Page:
Jordan agrees to 'one-off' aid drop to stranded Syrians

Jordan agrees to 'one-off' aid drop to Syrians stranded on border
2 min read
08 January, 2018
Jordan sealed its border with Syria in 2016, after Islamic State group extremists killed seven Jordanian border guards, leaving thousands of Syrian refugees stranded in no man's land without supplies.
Around 50,000 Syrians are stuck on the Syrian side of the shared border. [file photo-Getty]

Jordan said on Sunday that it has agreed to a UN request to deliver humanitarian aid to tens of thousands of Syrians stranded near a border crossing between the two countries.

The kingdom sealed its border with Syria in 2016, after an Islamic State group militant attack on Jordanian border guards left seven officers dead.

The closure ended regular UN aid shipments from Jordan to displaced Syrians struggling for survival in a remote stretch of desert.

Jordan's foreign ministry said there would be a "one-off" operation to send "humanitarian aid across the Rukban border crossing" towards a desert area where the Syrians are stuck.

The operation will involve a crane drop that will deliver a container with aid from the Jordanian side of the sealed border to the Syrian side.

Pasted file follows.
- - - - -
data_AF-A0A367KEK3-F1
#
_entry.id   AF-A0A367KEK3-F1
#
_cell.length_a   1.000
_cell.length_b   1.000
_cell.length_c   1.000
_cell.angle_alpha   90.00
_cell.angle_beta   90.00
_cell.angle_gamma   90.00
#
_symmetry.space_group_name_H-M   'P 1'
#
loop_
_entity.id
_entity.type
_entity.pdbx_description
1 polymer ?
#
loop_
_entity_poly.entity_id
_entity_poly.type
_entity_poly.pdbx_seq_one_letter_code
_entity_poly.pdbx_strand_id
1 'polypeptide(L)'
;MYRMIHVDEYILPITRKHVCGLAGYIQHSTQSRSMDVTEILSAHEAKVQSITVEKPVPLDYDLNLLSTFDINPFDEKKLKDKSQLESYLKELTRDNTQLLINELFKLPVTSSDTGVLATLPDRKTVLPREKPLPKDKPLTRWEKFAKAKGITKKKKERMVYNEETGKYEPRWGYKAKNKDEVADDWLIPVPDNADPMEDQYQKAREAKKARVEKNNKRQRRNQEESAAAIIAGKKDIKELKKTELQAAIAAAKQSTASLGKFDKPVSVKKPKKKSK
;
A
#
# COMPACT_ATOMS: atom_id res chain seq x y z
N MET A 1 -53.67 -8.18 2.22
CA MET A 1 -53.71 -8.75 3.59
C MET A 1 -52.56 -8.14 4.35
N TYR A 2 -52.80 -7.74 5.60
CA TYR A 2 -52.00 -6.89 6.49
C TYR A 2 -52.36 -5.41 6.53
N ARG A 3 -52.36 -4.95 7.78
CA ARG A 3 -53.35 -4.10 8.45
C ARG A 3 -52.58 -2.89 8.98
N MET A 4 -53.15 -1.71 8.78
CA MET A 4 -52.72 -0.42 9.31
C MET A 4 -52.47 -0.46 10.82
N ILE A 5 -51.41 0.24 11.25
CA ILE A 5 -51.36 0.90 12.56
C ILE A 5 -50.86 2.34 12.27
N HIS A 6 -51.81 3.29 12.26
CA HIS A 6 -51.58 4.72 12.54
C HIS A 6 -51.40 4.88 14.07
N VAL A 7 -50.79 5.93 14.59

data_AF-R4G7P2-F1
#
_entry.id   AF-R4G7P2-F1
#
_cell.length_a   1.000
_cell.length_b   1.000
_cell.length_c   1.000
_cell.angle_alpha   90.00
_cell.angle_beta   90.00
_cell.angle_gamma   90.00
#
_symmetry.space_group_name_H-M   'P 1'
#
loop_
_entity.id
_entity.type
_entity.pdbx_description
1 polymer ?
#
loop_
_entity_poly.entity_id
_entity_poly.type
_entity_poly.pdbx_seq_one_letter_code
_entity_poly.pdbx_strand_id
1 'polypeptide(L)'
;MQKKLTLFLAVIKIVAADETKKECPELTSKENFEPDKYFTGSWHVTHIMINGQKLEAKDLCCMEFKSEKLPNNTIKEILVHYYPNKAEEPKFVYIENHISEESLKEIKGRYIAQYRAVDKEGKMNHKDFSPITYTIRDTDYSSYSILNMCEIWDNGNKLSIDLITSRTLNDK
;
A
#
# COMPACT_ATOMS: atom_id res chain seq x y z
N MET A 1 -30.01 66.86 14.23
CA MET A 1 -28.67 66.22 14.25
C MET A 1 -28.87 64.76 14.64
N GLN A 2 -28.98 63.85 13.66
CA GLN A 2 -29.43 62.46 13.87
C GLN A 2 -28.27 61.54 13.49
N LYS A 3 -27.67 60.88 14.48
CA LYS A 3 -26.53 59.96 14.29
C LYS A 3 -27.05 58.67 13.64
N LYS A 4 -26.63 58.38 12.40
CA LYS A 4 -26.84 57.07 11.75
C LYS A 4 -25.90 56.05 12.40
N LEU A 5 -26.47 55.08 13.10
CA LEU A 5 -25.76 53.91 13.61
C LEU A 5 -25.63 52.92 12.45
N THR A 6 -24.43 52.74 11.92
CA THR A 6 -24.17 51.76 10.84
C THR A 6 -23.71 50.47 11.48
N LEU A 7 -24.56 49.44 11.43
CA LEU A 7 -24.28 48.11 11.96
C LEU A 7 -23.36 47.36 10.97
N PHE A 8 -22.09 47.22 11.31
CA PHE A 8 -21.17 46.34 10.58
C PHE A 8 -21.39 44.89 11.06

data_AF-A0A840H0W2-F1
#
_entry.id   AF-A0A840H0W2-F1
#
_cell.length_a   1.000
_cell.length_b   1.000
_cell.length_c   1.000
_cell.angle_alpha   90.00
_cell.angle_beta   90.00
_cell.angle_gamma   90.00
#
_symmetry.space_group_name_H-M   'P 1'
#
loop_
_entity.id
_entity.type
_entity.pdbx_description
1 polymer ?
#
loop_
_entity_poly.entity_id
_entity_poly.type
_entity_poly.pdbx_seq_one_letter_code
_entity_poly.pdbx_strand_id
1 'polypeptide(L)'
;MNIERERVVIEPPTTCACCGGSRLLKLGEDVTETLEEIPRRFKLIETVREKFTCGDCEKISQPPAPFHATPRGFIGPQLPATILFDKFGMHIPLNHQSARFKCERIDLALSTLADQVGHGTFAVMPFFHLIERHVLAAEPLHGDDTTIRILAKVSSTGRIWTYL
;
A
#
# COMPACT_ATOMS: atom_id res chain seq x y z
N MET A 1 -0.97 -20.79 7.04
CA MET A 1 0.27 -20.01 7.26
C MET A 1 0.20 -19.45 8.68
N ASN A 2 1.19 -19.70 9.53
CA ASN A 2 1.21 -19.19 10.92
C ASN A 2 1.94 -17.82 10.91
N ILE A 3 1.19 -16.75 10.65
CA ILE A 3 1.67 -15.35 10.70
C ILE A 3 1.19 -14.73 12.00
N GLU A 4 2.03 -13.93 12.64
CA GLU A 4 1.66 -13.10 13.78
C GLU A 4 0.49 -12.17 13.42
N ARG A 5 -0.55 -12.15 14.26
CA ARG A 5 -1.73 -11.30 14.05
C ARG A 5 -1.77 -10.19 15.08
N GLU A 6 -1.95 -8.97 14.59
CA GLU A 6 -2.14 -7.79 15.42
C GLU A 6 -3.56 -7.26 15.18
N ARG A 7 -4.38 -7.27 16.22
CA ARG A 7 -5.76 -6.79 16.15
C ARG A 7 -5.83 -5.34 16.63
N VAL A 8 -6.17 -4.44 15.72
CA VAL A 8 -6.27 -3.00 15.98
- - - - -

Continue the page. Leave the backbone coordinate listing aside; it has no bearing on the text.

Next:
The ministry did not elaborate on the kind of humanitarian aid that would be sent to the Syrians or when they were expected to receive it, nor did he say how many Syrians are stranded in the desert.

According to UN estimates, based on satellite images, between 45,000 and 50,000 Syrians have been stuck for months on the Syrian side of the frontier near the Rukban border crossing.

Conditions are worsening for them as winter grips the region.

In October, Jordanian Foreign Minister Ayman Safadi had insisted that aid to those stranded near Rukban should come from Syria itself after the UN said deliveries were difficult to make because of the war.

The UN refugee agency says it has registered more than 650,000 Syrian refugees in Jordan since the conflict in Syria began in March 2011 with anti-government protests. 

However, Amman says it is hosting 1.3 million Syrian refugees, and has repeatedly called for more assistance to do so.